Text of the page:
Air. Compressed air. Do you need it and do you have it?
Flat tires, blown beads, bed toy tires, or camping air mattress. When you live the off-road life, it’s a good bet you need a mobile air supply for a variety of uses, including airing up after a day in the dirt.
There are numerous options for on board air sources can be made based on size, air flow capacity, and convenience. The popular options are electric air compressors, engine-driven compressors, and compressed CO2 bottles.
Electric air compressors have traditionally been the most popular option for onboard air sources. The smallest versions are compact units that plug into a 12-volt power outlet. These are relatively inexpensive, costing about $20 to $50, and are small enough to be stored easily. They draw relatively low amounts of power, but they tend to be slow. With small pumping capacity, these pumps may take five minutes or more to air up a tire. While they serve well for occasional use, these small pumps may overheat and seize if used for too long without allowing the pump to cool. Larger, more expensive electric air pumps ($150 to $500) may be semi-portable or designed to be permanently mounted. Such pumps can draw 10 to 50 amps from your battery, but air flow output is much higher than the little portable pumps described above.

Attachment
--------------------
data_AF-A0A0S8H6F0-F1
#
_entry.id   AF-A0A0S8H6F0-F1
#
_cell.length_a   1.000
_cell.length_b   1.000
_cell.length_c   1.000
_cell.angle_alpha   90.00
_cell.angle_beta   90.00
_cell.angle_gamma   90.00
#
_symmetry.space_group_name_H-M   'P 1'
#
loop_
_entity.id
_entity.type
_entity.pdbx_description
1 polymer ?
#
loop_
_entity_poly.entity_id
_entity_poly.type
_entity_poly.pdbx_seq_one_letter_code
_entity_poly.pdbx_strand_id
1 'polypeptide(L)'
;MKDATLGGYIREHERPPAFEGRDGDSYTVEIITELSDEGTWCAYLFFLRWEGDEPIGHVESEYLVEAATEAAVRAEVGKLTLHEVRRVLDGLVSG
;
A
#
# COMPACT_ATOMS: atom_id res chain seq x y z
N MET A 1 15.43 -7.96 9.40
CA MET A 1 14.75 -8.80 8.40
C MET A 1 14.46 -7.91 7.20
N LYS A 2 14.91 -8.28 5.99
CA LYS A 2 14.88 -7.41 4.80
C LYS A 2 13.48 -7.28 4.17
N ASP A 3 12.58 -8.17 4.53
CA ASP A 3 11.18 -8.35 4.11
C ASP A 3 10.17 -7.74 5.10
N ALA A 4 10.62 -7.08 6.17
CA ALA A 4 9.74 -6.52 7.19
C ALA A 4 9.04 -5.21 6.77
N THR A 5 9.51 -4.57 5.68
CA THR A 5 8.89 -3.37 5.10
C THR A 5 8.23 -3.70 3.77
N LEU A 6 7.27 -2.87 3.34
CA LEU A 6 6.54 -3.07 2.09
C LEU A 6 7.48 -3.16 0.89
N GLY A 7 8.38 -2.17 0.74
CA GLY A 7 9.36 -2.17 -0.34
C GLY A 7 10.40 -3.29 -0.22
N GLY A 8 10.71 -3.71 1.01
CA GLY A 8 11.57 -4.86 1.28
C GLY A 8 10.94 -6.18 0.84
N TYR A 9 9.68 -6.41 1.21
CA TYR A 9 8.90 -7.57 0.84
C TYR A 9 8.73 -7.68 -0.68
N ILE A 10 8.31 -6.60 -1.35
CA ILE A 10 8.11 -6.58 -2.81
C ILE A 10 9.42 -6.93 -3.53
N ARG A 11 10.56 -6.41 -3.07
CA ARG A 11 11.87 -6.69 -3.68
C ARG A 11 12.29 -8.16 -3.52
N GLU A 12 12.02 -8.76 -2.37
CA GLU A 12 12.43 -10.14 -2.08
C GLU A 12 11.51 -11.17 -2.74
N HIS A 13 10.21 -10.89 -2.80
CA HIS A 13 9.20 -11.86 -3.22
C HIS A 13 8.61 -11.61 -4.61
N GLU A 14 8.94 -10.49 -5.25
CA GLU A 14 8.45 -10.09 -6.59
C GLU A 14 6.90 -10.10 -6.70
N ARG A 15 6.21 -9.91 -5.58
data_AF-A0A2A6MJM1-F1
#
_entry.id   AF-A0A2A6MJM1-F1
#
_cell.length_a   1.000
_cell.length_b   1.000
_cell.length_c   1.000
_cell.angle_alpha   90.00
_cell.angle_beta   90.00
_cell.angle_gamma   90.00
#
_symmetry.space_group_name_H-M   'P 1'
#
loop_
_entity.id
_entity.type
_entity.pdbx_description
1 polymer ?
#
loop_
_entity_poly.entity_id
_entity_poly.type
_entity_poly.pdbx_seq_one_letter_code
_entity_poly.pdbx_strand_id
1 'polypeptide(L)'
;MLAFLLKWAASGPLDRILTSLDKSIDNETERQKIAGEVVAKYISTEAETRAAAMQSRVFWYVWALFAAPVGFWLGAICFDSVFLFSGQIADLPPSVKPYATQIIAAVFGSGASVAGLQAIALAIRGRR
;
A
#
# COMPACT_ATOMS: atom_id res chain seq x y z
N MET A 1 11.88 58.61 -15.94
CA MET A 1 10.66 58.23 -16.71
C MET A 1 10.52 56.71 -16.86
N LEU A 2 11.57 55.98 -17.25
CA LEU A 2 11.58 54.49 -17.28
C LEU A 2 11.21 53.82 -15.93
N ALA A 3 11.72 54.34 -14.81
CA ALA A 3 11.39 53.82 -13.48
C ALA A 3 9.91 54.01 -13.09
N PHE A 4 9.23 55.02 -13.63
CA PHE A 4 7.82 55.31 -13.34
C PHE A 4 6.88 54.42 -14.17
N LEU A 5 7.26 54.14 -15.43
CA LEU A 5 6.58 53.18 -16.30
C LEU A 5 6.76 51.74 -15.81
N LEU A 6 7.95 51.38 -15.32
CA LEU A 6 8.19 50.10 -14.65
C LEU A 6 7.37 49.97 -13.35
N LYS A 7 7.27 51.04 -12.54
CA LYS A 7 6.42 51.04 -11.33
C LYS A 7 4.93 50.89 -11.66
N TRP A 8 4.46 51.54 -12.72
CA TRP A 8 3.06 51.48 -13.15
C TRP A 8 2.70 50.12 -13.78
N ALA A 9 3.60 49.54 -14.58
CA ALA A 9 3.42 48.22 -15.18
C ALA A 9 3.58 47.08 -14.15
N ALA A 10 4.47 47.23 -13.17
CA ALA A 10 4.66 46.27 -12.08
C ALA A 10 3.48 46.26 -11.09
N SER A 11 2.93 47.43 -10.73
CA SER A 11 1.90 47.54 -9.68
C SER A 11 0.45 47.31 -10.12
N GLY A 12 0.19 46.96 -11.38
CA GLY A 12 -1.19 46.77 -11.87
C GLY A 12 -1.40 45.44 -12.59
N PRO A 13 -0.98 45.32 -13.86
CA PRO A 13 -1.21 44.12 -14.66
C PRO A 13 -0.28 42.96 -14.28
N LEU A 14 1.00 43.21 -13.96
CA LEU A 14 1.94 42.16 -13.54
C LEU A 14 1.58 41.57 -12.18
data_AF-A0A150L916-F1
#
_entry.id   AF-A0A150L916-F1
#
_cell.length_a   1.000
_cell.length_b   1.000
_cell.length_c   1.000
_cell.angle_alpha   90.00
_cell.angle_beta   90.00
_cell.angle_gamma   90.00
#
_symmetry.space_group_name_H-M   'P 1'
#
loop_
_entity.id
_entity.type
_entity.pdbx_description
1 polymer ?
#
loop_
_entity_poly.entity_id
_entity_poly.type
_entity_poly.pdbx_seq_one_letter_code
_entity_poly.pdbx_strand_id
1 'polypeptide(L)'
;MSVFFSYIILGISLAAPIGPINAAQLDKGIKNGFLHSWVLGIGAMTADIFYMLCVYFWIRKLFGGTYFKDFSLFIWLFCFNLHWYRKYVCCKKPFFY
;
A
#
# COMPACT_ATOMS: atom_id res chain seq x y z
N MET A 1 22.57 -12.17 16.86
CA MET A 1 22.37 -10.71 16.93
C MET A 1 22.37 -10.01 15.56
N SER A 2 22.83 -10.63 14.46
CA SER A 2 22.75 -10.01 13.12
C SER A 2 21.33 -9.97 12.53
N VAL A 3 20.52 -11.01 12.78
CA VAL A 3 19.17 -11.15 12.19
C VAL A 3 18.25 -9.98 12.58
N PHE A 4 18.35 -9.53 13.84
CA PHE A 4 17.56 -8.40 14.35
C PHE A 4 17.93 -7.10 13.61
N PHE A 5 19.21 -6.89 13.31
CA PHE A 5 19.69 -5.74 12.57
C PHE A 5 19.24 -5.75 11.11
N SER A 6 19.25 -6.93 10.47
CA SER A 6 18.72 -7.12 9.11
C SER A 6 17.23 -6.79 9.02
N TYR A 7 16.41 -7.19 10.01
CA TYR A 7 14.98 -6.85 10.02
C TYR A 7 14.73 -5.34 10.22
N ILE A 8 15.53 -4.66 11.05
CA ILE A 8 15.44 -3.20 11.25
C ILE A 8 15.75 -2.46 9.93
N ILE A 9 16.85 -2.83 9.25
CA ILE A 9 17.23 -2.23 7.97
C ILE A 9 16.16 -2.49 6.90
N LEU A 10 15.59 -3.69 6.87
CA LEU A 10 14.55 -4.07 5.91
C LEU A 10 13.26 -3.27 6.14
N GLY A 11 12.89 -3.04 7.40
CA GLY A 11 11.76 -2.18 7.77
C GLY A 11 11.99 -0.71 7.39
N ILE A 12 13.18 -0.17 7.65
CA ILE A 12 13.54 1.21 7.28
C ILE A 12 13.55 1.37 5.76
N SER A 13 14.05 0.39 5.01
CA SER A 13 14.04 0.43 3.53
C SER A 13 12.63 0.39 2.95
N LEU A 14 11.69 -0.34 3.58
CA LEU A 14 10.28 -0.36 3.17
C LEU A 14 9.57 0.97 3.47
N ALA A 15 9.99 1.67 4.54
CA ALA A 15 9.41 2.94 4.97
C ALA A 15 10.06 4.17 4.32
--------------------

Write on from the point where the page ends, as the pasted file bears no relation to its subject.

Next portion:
Just as a home or shop compressor uses a separate motor to drive a compressor unit, so can your vehicle engine. Essentially, this involves mounting a second compressor unit (completely separate from your closed air-conditioning system) under the hood and finding a way to get belt drive to it. Engine-driven compressors have high flow output and can air up tires in a short time. With the addition of a small air storage tank, these compressors can easily run air tools. With their high output, engine-driven compressors tend to be one of the most expensive options, if purchased as a system. For those inclined to build their own on the cheap, it’s also possible to assemble a system using air conditioning compressor components with your own fabricated bracketry and control setup. However, these systems can be hard to fit in tight engine compartments.
A compressed liquid CO2 bottle can offer substantial compressed “air” volume. CO2 is stored as a liquid in the cylinder. Some portion of the liquid evaporates and builds pressure in the cylinder. It can then be released as a compressed gas through a regulator on the bottle. As more gas is released, additional liquid in the bottle turns to a gaseous state. Unlike compressed nitrogen bottles, CO2 bottles are far safer in transportation due to the liquid content, and they yield about three times the energy as compared to nitrogen.
The high pressure gas from the regulator is effective for reseating tire beads and offers the ability to air up tires rapidly. These tanks can also be plumbed to provide pressure for air lockers. A CO2 tank such as this is easily refilled at welding shops, but does contain a finite amount of CO2. It can, however, be weighed to determined how much remains in the bottle.